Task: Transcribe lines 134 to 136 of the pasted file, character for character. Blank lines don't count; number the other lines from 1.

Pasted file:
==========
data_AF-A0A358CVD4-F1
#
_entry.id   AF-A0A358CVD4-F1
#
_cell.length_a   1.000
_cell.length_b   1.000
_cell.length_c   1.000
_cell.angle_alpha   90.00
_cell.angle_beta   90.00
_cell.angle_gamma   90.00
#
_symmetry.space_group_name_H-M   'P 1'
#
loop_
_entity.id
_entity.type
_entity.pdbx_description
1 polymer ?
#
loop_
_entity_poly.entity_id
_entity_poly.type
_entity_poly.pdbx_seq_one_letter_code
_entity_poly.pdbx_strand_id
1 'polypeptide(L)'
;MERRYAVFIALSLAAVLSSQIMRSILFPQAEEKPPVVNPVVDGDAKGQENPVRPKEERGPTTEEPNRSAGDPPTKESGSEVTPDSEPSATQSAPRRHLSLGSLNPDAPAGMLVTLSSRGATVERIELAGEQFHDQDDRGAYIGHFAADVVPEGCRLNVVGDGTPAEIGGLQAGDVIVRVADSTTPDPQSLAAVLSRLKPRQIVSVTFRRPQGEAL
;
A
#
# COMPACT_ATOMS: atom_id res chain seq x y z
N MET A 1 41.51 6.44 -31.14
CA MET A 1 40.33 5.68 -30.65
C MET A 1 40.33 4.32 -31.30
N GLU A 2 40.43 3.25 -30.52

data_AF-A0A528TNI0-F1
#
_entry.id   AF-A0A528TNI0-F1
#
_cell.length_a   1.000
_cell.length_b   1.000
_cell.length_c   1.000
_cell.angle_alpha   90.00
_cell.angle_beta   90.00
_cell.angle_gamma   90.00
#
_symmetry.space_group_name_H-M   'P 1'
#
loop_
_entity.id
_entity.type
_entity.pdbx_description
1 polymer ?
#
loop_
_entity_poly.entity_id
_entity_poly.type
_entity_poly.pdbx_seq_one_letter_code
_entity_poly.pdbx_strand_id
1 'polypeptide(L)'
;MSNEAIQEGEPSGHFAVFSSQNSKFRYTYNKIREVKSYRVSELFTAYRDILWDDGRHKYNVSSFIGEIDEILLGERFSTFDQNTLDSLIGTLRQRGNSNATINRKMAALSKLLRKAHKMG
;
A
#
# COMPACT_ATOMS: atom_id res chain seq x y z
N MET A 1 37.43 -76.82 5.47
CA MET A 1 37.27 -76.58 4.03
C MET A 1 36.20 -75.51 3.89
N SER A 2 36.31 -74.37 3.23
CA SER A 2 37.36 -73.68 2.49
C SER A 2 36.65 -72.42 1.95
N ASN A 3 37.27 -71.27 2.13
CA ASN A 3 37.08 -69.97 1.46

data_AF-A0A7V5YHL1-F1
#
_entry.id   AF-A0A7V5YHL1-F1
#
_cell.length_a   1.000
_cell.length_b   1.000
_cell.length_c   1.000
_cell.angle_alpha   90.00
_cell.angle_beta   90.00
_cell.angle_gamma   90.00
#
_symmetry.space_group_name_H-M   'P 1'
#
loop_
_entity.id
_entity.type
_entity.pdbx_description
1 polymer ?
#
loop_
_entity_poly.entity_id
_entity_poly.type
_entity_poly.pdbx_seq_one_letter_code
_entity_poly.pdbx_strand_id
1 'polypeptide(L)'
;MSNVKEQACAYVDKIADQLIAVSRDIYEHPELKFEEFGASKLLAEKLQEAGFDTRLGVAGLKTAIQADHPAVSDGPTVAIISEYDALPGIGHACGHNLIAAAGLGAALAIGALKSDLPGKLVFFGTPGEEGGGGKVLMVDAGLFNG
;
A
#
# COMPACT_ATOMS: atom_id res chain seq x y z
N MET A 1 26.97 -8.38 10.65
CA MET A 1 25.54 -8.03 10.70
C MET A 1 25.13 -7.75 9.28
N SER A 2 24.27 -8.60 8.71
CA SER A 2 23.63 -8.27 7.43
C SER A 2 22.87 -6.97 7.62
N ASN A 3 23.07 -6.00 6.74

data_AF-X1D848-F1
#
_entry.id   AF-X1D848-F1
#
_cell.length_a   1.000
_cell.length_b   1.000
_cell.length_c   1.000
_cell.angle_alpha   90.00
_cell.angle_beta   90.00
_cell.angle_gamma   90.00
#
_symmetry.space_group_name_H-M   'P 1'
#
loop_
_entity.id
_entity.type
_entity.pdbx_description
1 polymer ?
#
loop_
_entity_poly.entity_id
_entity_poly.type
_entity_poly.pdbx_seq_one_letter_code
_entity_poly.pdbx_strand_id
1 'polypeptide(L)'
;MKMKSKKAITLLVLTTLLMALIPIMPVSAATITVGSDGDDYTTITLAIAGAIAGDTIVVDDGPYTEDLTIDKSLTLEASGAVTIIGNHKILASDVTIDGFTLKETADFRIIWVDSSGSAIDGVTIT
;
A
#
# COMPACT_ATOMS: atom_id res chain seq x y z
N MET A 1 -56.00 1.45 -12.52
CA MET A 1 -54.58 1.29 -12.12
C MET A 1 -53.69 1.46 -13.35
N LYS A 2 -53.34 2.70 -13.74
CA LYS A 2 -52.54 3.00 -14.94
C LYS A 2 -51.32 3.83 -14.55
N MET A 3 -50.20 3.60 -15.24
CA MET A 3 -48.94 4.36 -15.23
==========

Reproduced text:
1 'polypeptide(L)'
;MKMKSKKAITLLVLTTLLMALIPIMPVSAATITVGSDGDDYTTITLAIAGAIAGDTIVVDDGPYTEDLTIDKSLTLEASGAVTIIGNHKILASDVTIDGFTLKETADFRIIWVDSSGSAIDGVTIT
;